U.S. regulators plan to sell airwaves starting May 10 to provide communications services like high-speed Internet to U.S. air travelers.

The U.S. Federal Communications Commission said on Wednesday it plans to auction airwaves now used by phones embedded in airplane seats. Those phones, operated by a Verizon Communications (NYSE:VZnews) unit, are not used regularly because of the high cost.

The financially strapped airline industry could generate a new stream of revenue by partnering with companies wanting to offer high-speed Internet, known as broadband, or a cheaper on-board telephone service.

Verizon plans to bid in the sale so it can offer wireless broadband during flights, according to company officials. It could take about a year for Verizon to deploy if it wins a license, they said.

"We’re certainly planning on being successful at the auction," Bill Pallone, president of Verizon Airfone, said in a telephone interview. "Primarily, initially we believe it will be data (service), which is the biggest usage we anticipate here in the States at least."

The FCC proposed setting $5 million as the minimum the auction must raise for the sale to be completed. Cingular Wireless, the biggest U.S. wireless carrier, declined to comment on whether it would bid.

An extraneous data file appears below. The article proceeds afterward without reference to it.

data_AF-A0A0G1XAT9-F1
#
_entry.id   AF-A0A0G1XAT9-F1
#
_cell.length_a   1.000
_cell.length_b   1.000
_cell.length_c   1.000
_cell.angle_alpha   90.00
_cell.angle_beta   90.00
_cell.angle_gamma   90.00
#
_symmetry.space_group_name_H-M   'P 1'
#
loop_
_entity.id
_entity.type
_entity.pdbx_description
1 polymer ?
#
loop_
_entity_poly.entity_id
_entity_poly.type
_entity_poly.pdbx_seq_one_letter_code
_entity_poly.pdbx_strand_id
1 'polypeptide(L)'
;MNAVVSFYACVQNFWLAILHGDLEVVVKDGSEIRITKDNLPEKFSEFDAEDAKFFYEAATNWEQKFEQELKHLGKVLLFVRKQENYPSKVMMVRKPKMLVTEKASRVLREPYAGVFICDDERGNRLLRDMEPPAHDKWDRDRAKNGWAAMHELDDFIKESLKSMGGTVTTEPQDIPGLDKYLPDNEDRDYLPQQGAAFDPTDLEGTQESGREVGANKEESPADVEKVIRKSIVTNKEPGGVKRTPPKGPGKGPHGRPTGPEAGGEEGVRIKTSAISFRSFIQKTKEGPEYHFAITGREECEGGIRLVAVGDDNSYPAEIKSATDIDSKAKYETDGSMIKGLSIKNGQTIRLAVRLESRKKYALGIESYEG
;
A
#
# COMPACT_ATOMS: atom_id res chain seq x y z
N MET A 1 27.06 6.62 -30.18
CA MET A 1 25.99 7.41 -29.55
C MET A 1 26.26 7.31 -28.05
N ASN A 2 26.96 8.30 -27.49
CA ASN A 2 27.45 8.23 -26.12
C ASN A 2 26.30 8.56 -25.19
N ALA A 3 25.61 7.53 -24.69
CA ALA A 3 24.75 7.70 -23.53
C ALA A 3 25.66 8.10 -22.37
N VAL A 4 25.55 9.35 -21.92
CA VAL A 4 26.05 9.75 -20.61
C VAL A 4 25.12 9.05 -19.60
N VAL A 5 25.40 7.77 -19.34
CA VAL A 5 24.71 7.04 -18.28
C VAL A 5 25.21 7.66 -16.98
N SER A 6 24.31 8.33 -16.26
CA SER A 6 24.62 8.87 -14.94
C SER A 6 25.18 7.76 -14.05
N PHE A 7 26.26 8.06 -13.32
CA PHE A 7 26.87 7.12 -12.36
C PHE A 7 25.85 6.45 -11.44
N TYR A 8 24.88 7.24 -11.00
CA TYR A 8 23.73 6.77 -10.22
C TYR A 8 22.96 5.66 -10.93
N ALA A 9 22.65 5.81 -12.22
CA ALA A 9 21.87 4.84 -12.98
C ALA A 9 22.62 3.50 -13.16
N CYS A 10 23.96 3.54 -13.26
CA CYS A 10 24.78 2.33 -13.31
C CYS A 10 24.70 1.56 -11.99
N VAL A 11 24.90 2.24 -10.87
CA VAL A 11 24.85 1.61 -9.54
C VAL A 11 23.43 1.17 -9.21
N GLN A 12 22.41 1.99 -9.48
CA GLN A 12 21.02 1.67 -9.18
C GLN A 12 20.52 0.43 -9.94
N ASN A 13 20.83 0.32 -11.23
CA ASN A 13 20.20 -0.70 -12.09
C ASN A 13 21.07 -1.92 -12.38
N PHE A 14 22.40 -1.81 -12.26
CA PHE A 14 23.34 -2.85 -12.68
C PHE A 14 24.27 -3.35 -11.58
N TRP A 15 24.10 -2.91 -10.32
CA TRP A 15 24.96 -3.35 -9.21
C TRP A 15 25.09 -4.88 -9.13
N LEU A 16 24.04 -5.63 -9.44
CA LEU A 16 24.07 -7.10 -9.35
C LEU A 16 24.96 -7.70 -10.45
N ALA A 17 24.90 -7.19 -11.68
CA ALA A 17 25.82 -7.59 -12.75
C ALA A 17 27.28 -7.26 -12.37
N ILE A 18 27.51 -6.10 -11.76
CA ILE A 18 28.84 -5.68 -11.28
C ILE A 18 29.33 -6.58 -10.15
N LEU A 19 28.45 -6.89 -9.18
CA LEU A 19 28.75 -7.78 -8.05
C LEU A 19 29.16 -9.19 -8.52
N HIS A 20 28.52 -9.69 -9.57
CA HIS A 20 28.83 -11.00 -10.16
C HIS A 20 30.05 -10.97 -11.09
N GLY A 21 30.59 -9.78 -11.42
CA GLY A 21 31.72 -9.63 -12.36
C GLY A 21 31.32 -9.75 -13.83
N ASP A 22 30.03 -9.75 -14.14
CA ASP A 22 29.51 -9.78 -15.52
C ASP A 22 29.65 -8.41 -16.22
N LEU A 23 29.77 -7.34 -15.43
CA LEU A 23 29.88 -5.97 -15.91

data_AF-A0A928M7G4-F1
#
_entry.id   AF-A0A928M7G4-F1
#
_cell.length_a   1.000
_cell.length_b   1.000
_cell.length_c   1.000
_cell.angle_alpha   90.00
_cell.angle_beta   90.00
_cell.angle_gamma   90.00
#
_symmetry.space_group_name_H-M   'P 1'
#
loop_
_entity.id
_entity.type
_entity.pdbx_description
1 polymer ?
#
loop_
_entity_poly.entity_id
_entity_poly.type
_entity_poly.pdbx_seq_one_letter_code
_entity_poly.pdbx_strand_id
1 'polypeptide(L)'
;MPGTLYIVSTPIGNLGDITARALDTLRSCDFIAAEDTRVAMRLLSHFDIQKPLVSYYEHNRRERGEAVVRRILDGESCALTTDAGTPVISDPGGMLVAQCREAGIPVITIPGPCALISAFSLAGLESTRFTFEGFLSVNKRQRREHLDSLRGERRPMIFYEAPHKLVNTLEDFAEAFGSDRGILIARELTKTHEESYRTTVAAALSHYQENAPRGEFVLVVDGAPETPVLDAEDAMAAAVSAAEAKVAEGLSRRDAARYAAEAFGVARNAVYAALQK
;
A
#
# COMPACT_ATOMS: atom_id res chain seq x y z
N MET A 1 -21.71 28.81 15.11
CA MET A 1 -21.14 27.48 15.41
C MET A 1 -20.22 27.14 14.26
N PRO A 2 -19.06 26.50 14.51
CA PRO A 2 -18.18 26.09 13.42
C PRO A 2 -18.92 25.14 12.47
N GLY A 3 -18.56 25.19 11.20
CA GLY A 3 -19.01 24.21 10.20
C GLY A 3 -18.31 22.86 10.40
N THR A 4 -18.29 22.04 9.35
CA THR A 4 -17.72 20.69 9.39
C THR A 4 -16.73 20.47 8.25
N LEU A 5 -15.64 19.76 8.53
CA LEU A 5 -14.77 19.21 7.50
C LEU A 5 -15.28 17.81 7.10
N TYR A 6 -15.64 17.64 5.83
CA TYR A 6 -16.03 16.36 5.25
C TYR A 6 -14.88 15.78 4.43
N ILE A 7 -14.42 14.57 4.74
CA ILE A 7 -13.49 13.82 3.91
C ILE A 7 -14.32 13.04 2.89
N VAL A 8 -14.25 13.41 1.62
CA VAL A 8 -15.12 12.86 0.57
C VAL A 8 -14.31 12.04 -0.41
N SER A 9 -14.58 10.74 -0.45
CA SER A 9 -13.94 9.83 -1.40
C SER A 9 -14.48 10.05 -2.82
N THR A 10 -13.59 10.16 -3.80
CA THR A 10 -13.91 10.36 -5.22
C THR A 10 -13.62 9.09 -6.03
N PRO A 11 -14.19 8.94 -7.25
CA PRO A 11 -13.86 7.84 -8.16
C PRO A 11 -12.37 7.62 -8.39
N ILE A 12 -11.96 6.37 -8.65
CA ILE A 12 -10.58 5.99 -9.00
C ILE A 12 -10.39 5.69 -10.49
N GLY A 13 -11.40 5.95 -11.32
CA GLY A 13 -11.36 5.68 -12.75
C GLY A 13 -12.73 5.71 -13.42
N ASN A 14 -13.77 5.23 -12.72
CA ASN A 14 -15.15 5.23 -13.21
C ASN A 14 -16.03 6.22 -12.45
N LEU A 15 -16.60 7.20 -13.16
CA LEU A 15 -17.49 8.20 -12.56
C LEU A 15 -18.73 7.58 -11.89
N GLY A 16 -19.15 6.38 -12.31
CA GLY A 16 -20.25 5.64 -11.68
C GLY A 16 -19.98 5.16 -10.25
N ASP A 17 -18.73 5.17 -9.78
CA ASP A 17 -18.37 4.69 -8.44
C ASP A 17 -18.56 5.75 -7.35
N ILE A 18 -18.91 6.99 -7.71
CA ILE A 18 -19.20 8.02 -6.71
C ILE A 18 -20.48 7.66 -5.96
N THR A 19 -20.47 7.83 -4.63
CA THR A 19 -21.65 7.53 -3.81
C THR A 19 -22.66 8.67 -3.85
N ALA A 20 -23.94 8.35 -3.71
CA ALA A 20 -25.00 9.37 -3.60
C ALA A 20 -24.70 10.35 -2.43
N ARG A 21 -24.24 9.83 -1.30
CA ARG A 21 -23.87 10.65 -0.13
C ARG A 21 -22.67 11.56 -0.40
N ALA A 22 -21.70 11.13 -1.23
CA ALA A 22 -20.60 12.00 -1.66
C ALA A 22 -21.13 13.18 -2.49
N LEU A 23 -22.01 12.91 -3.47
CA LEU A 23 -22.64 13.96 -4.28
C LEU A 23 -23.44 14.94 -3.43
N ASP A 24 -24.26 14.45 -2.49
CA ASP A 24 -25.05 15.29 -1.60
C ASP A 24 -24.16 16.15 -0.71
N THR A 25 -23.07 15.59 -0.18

The FCC is also weighing whether to allow consumers to use their own cell phones on planes, but that would need agreement from aviation regulators and the FCC has yet to make a decision amid fears of a backlash from many fliers who see airplanes as a cell phone-free zone.

Already Boeing (NYSE:BAnews) offers a satellite-based in-flight Internet service, known as Connexion, on foreign carriers like Germany’s Lufthansa (LHAG.DE) and Israel‘s El Al (ELAL.TA). The cost ranges from $9.95 an hour up to $26.95 for 24 hours.

The FCC set up scenarios for splitting the airwaves and will go with whichever one receives the highest bids. The possibilities include two overlapping licenses for 3 megahertz (Mhz) of airwaves, or one 3 Mhz exclusive license and another 1 Mhz exclusive license.

FCC Commissioner Michael Copps, a Democrat, expressed concern in 2004 that the way the agency has set up the licenses could lead to a single provider, a monopoly that could prey on consumers.

Under the FCC’s rules, Verizon has a nonrenewable, five-year license to operate its current airborne service and after the auction is completed, the company would be limited to using 1 MHz of the airwaves.

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